The results of November’s U.S. House elections were — among other things — a seemingly loud rebuke of right-wing economic policies. Yet, scarcely a month after the Democrats flipped at least 40 congressional seats, some right-wing groups disingenuously draw the opposite conclusion.
FreedomWorks, a conservative nonprofit, which supported Tea Party candidates, contends that House Republicans lost because their economic policies were not draconian enough.
Specifically, the group’s president calls out the GOP for failing to cut “mandatory spending” — that is, Social Security, Medicare and Medicaid — to reduce the federal debt. (Never mind that Social Security and Medicare Part A are self-funded and add nary a drop of red ink). Meanwhile, FreedomWorks does not mention the Trump/GOP tax law, which ballooned the debt by some $2 trillion.
The truth is that voters in red and blue states overwhelmingly chose House candidates who pledged to protect — not cut — Social Security, Medicare and Medicaid. A glance at just a few pivotal campaigns bears this out:
- Abigail Spanberger, who vanquished Tea Partier Dave Brat in Virginia’s 7th district, vowed to “protect Social Security and Medicare so we can meet our obligations to seniors now and into the future.”
- Jared Golden flipped a Republican seat in Maine’s 2nd district promising to fight “privatization or rollback” of Social Security and Medicare, and advocated boosting benefits “so that more seniors have the opportunity for comfortable, secure retirements.”
- Ben McAdams, who bested GOP incumbent Mia Lovein Utah’s 4th district, campaigned against cuts to America’s social safety net programs. “Lives are literally at stake, based on the decisions Congress will make in the coming years,” the candidate said.
- Challenger Jason Crowwon Colorado’s 6th district seat from a five-term incumbent Republican, partly by defending Social Security and Medicare as “promises we’ve made to our seniors.”
In fact, roughly 80 of the nearly 100 candidates supported by our organization in the 2018 elections prevailed. Meanwhile, voters in Idaho, Utah, and Nebraska passed initiatives to expand Medicaid under the Affordable Care Act. In three other states, they elected governors who pledged to expand the program.
That’s because working families and retirees recognize that Social Security, Medicare and Medicaid work. What FreedomWorks calls “flawed federal programs” are fundamental to a just society. For more than fifty years they have provided baseline financial and health security for the elderly, disabled, and poor. Nearly every American has a loved one touched by these programs, which is one reason why they remain extremely popular in poll after poll.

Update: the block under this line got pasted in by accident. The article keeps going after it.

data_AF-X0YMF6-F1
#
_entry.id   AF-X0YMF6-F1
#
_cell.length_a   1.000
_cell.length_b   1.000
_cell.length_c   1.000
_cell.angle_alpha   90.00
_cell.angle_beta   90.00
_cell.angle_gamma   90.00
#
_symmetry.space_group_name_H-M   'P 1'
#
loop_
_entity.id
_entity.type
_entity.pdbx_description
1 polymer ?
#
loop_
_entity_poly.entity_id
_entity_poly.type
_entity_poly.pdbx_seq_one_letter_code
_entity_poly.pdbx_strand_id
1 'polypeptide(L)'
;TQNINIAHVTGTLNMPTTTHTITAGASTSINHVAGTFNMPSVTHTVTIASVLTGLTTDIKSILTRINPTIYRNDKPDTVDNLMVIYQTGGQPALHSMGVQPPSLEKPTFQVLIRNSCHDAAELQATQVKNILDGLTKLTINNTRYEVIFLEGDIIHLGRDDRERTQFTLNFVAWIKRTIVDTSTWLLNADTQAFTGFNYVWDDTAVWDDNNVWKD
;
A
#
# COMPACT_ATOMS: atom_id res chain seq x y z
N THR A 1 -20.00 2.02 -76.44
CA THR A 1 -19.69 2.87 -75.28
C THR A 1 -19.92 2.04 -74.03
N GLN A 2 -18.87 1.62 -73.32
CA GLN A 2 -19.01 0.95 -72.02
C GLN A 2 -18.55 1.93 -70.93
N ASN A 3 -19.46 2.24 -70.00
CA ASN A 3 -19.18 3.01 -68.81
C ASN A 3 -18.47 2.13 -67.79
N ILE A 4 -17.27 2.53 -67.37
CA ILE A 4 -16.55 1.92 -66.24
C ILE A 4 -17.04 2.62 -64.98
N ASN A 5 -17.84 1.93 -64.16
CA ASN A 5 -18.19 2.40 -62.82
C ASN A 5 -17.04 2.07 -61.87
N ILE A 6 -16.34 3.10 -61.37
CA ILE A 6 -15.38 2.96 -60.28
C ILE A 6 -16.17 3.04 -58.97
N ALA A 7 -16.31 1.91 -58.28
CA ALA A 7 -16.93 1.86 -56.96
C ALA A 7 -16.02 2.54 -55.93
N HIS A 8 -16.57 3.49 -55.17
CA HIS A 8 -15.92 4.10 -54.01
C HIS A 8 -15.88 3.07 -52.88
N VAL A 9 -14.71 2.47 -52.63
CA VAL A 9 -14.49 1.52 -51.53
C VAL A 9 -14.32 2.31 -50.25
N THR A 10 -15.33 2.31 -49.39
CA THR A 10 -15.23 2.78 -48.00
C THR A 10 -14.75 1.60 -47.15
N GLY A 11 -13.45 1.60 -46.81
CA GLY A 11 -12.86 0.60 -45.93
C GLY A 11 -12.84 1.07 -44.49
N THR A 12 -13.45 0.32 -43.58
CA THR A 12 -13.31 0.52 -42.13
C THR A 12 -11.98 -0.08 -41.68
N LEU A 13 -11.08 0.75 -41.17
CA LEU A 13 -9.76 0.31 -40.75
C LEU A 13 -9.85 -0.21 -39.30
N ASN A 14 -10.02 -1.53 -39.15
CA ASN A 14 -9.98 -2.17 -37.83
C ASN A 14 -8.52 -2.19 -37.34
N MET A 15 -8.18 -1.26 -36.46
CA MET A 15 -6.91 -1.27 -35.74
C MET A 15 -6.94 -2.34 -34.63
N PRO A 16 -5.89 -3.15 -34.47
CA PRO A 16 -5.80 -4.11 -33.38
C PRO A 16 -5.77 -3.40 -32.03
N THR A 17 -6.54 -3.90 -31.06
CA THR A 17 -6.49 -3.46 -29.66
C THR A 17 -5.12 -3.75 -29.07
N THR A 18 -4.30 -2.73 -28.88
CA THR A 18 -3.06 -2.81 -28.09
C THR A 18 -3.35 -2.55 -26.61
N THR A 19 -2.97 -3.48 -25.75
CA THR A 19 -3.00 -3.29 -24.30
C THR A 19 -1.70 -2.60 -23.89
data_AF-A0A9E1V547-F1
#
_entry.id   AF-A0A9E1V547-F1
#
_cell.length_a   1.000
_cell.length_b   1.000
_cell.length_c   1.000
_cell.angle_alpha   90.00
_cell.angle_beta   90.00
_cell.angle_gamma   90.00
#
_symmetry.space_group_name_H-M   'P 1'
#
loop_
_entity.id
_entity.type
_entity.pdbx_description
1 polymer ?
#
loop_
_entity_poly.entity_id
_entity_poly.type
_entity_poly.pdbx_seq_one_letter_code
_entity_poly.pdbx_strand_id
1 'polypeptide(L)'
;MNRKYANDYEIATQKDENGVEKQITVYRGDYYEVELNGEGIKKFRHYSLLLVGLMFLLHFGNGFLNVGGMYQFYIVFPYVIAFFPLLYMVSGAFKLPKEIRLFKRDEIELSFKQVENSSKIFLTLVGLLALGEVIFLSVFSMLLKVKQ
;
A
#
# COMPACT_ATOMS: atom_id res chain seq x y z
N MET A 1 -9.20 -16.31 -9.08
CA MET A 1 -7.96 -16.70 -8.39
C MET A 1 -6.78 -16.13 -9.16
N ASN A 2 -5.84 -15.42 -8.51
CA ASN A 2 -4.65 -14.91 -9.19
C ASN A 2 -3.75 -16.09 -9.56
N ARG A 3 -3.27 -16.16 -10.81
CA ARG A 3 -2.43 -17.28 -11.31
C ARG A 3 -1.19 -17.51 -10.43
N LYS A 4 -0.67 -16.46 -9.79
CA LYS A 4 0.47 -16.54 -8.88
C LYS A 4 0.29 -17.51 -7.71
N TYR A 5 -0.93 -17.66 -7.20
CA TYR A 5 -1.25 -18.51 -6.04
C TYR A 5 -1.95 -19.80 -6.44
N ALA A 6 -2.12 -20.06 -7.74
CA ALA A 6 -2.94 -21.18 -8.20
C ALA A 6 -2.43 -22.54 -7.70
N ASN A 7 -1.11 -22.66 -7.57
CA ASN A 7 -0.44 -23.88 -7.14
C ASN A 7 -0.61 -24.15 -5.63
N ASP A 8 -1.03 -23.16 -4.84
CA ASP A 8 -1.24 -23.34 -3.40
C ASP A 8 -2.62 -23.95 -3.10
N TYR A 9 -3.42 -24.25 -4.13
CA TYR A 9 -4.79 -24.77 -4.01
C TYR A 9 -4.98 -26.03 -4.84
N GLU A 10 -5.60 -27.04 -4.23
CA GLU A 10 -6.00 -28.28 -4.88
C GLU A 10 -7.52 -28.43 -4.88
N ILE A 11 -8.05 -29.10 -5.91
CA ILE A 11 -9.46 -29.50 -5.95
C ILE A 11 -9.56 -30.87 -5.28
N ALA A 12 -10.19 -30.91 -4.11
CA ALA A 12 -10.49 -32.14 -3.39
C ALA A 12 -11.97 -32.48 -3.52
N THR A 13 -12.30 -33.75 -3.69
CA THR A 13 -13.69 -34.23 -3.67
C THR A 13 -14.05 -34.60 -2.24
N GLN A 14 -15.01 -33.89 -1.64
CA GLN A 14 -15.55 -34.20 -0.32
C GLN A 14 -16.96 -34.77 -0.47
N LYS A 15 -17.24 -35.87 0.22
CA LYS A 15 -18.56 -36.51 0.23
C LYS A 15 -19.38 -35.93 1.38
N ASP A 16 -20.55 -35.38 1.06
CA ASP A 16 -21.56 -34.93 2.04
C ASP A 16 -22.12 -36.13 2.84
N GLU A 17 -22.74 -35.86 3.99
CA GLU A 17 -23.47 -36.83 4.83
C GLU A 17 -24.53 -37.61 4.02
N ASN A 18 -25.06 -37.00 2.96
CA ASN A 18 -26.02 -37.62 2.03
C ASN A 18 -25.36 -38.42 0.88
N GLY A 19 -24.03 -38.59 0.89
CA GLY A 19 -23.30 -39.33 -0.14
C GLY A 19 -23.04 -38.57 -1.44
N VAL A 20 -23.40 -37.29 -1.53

Voters aren’t blind. They saw the outgoing House majority try to slash more than a trillion dollars from these crucial programs in their 2018 and 2019 budgets. At the same time, voters witnessed President Trump and the GOP cutting taxes for the wealthy and big corporations by roughly the same amount. When it was reported that this reckless action would drive up the federal debt by nearly $2 trillion, so-called conservatives demanded that “entitlements” be cut to pay for it.
Continued calls from the right to cut Social Security and Medicare rely on the false claim that these programs are the “primary drivers of the debt.” In reality, tax expenditures — revenue that the federal government forgoes through tax cuts and loopholes — are the number one driver of the debt.
Fiscal conservatives concerned about mounting debt should look at those Trump/GOP tax cuts before sharpening their knives for programs that seniors, the disabled, and working people rely upon to stay healthy and out of poverty. Voters made it very clear in November: Hands off our Social Security, Medicare and Medicaid.
Max Richtman is president and CEO of the National Committee to Preserve Social Security and Medicare, a membership organization that promotes the financial security, health and well being of current and future generations of maturing Americans. He also chairs the board of the National Committee’s Political Action Committee, a PAC that endorses candidates for federal office.